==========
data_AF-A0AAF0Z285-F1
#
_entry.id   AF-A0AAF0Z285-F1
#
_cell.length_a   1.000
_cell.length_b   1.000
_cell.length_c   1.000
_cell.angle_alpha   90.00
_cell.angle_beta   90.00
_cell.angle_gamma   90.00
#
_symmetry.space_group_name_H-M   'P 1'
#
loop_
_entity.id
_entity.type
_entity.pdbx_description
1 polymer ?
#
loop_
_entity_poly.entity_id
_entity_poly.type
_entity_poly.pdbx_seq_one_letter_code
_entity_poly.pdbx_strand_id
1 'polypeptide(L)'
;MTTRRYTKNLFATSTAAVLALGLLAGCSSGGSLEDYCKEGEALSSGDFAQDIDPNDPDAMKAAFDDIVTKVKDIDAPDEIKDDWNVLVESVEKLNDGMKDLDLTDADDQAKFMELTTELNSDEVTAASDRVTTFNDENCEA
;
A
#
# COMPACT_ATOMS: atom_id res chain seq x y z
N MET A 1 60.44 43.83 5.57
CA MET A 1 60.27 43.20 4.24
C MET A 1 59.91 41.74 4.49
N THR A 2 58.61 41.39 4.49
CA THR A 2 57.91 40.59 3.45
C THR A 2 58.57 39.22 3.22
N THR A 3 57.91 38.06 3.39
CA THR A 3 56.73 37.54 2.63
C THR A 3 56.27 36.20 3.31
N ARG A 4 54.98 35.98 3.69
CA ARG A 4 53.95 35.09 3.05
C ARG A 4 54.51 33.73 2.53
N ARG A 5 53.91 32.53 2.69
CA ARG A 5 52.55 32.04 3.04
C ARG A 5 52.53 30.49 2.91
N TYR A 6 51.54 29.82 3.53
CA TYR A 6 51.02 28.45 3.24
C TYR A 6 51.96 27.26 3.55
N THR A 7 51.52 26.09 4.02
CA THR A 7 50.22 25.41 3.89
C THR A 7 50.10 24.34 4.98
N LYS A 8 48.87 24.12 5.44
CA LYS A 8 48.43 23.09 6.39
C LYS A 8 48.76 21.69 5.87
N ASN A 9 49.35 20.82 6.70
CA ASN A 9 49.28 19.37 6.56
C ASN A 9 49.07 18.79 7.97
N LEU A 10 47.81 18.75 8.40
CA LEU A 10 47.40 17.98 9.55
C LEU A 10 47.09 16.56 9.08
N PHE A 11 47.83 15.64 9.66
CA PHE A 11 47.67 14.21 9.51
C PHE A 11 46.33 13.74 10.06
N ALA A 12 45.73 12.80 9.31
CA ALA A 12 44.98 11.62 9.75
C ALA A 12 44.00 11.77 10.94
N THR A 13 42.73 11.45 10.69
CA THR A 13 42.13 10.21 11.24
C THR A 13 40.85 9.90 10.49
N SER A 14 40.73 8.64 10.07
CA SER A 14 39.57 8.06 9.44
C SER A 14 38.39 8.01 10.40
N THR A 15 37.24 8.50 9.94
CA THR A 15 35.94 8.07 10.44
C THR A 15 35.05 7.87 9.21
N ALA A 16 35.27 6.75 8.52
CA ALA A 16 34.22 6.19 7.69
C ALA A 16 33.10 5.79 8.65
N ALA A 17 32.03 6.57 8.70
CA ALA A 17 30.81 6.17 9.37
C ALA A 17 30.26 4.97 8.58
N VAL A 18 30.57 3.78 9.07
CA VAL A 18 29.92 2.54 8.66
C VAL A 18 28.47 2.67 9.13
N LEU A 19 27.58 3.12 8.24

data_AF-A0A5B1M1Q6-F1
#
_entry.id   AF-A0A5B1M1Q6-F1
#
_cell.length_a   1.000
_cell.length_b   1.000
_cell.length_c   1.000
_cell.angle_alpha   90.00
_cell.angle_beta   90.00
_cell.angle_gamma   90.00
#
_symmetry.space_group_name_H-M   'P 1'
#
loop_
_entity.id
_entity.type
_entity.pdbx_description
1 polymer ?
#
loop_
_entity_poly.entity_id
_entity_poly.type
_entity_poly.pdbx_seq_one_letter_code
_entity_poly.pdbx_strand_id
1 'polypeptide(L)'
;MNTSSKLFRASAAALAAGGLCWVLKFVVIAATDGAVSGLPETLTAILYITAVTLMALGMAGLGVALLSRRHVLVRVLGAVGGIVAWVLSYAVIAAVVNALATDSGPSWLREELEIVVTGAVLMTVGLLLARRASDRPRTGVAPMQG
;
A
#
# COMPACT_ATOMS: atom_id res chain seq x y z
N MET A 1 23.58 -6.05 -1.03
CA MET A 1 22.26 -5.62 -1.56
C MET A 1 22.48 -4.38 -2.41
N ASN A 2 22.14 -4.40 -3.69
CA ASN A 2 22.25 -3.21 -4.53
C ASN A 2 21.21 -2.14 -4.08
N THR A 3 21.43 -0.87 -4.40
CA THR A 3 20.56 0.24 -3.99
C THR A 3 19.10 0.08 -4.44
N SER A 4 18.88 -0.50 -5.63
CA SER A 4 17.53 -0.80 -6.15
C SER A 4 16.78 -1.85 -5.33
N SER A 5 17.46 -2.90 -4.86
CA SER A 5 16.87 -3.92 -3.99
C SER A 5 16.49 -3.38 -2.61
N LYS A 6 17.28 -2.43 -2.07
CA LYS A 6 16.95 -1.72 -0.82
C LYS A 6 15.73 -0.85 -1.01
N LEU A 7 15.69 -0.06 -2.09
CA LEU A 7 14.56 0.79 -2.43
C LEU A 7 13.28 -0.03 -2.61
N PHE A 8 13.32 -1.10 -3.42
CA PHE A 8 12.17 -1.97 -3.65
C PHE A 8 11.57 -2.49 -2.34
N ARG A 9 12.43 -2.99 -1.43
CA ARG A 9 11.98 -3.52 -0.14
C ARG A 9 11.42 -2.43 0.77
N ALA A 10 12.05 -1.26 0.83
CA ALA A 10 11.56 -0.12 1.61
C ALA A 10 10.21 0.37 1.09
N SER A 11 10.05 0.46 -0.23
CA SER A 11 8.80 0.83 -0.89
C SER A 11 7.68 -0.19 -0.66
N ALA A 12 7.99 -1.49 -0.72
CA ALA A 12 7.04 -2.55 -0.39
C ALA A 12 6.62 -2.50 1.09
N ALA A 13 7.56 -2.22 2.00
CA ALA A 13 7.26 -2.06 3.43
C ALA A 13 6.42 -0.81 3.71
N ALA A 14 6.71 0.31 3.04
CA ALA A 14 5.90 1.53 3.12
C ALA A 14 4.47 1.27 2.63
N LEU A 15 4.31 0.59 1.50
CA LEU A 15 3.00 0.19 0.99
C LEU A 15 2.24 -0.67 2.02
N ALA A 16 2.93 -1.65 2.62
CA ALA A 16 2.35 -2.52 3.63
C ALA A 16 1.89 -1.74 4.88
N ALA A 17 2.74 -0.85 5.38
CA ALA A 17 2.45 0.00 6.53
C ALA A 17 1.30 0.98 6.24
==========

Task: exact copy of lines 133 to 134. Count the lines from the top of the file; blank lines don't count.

C LYS A 6 15.73 -0.85 -1.01
N LEU A 7 15.69 -0.06 -2.09